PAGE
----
Shtokman Vladimir Borisovich (1909-1968, Moscow) - oceanologist, DSc (Physical and Mathematical sciences) (1944), professor (1947). In 1929 he entered the mathematical department of the Physics and Mathematics Faculty of the First Moscow University, and after graduating from the University of the Hydrometeorological Institute, he continued his studies there. In 1930, he was a trainee, and in 1932, a junior researcher at the State Oceanographic Institute (GOIN). He is entrusted with conducting an expedition to Motovskaya Gulf (Murman), where he collected interesting materials. In 1934, he was sent to Baku to organize there the Laboratory of Physical Oceanology under the Azerbaijan branch of the All-Union Institute of Fisheries and Oceanography (AUIFO).
During this period, his abilities in organizing and conducting original expeditionary work, in using the latest mathematical methods for processing the obtained materials, in introducing completely new ideas for that time about hydrological fields in the sea as random fields, subject to investigation by methods of probability theory, were fully revealed and random functions; in organizing long-term observations to obtain series of data suitable for statistical processing. This kind of work, carried out for the first time on the Caspian Sea, subsequently developed into the principle of "polygon" research in the ocean, which has now become the main method of oceanological field observations.
In 1939 he was invited to the Department of Sea Physics of the Institute of Theoretical Physics of the USSR Academy of Sciences, headed by O. Yu. Schmidt. At the beginning of World War II, he was evacuated to Krasnoyarsk, where he worked for some time at the Arctic Scientific Research Institute (ANII), and in 1943 he transferred to the Laboratory of Oceanology of the USSR Academy of Sciences, which, like the ANII, was evacuated at that time in Krasnoyarsk.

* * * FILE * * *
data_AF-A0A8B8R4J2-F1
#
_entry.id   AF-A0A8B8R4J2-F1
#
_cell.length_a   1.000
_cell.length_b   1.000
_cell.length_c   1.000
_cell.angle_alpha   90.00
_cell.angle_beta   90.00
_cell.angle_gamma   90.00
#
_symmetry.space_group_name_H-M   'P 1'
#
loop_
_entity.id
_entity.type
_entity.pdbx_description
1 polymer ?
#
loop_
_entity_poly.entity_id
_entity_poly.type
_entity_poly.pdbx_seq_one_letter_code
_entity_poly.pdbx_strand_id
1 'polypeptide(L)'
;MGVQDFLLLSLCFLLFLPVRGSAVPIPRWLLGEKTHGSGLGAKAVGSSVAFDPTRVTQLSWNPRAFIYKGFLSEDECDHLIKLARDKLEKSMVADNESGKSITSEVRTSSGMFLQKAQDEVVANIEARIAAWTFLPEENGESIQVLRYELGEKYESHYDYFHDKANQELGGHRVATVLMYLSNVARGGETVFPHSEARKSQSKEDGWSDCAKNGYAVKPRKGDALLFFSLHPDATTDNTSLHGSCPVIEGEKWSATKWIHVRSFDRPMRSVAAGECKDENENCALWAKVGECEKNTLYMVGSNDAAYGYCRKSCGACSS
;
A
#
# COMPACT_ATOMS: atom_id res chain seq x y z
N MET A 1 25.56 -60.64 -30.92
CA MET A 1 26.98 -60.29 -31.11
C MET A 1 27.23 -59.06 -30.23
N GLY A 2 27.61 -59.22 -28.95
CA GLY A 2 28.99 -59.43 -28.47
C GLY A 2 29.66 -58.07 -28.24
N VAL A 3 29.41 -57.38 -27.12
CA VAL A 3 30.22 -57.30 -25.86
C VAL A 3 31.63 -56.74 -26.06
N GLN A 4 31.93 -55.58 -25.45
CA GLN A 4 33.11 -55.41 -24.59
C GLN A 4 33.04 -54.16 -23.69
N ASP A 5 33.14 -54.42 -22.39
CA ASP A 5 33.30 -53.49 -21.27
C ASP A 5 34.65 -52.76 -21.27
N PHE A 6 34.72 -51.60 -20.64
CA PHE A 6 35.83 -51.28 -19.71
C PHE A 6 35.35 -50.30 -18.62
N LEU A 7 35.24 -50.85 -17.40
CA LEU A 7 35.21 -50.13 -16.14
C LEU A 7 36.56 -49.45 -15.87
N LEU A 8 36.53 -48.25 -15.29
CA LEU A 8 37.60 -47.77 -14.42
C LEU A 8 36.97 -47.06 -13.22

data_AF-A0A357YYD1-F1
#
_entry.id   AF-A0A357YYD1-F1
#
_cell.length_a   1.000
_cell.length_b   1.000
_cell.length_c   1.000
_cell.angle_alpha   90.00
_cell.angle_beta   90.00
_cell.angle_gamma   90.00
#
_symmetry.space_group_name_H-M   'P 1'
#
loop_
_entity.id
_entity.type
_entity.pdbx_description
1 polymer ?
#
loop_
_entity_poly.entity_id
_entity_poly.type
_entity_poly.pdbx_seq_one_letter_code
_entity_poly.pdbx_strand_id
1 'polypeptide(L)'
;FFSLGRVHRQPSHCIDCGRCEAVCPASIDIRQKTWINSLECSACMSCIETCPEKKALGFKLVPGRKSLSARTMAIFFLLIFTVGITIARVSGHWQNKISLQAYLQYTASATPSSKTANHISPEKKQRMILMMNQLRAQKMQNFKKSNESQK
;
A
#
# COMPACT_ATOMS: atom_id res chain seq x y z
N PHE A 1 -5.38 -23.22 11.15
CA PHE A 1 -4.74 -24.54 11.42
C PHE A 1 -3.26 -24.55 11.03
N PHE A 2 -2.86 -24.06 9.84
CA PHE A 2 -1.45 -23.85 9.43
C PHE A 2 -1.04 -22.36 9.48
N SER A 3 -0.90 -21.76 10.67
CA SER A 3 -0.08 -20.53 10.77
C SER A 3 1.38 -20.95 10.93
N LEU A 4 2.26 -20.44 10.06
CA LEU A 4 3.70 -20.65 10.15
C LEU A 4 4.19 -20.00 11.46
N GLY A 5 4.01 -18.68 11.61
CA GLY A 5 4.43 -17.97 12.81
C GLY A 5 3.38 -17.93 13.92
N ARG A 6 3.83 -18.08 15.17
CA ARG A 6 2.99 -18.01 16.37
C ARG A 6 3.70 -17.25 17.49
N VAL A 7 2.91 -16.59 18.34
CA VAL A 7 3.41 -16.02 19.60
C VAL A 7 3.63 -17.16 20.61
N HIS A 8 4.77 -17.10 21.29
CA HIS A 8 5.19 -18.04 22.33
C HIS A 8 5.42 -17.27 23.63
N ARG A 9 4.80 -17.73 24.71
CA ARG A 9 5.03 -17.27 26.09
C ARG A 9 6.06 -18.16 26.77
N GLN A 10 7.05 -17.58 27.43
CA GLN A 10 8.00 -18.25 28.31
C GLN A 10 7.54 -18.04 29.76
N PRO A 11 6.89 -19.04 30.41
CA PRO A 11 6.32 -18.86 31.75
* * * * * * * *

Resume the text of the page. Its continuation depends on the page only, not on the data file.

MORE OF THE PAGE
The whole future life of the scientist is connected with the Laboratory of Oceanology, transformed in 1946 into the Institute of Oceanology. Here he headed the Department of Physical Oceanology, and then the Laboratory of Sea Dynamics. In 1944 he received the doctorate of physical and mathematical sciences, and in 1947 received the title of professor of geophysics.
The main scientific interests at the Institute are sea currents and the processes of mixing the water masses of the ocean. He made such fundamental achievements as clarifying the important role of spatial unevenness of the wind field over the oceans in the formation of the horizontal structure of ocean currents, and explaining the countercurrents in the oceans and seas. The introduction of a model of the field of water density made it possible to obtain current velocities at individual horizons using the method of full flows created by him. The method of full flows made it possible to explain the phenomenon of intensification of currents on the western shores of the oceans, i.e. explain the causes of the Gulf Stream, Kuroshio. Very important results were obtained when studying the influence of the bottom topography and the unevenness of the wind field on currents in the seas and oceans. Original results were obtained on the problem of water circulation around the islands. He also owes merit in introducing the method of temperature waves into oceanology to study the processes of vertical exchange. Calculations based on the heat equation made it possible to explain the interesting and largely mysterious features of the distribution of warm Atlantic waters in the Polar basin.
He published more than 100 original studies on ocean dynamics, including the well-known monograph "Equatorial countercurrents in the oceans" (1948).
It can rightfully be considered the founder of most physical laboratories of the IO RAS. During his lifetime, the Department of Physical Oceanography, the Laboratory of Hydrological Processes, and the Laboratory of Marine Meteorology separated from his department into independent subdivisions. He always had many students, some became prominent scientists - successors of the work of their teacher (corresponding members of the RAS R.V. Ozmidov, K.N. Fedorov, doctors of sciences V.M. Kamenkovich, S.A. Kitaygorodsky, M.N. Koshlyakov and others). The created school of domestic ocean physicists successfully lives and develops.
In 1979, the research vessel built in Finland for the Institute of Oceanology was named Professor Shtokman in honor of the outstanding scientist Vladimir Borisovich Shtokman. The world's largest Shtokman gas condensate field was discovered as a result of studies carried out by the Institute of Oceanology at the RV Professor Shtokman in the Barents Sea.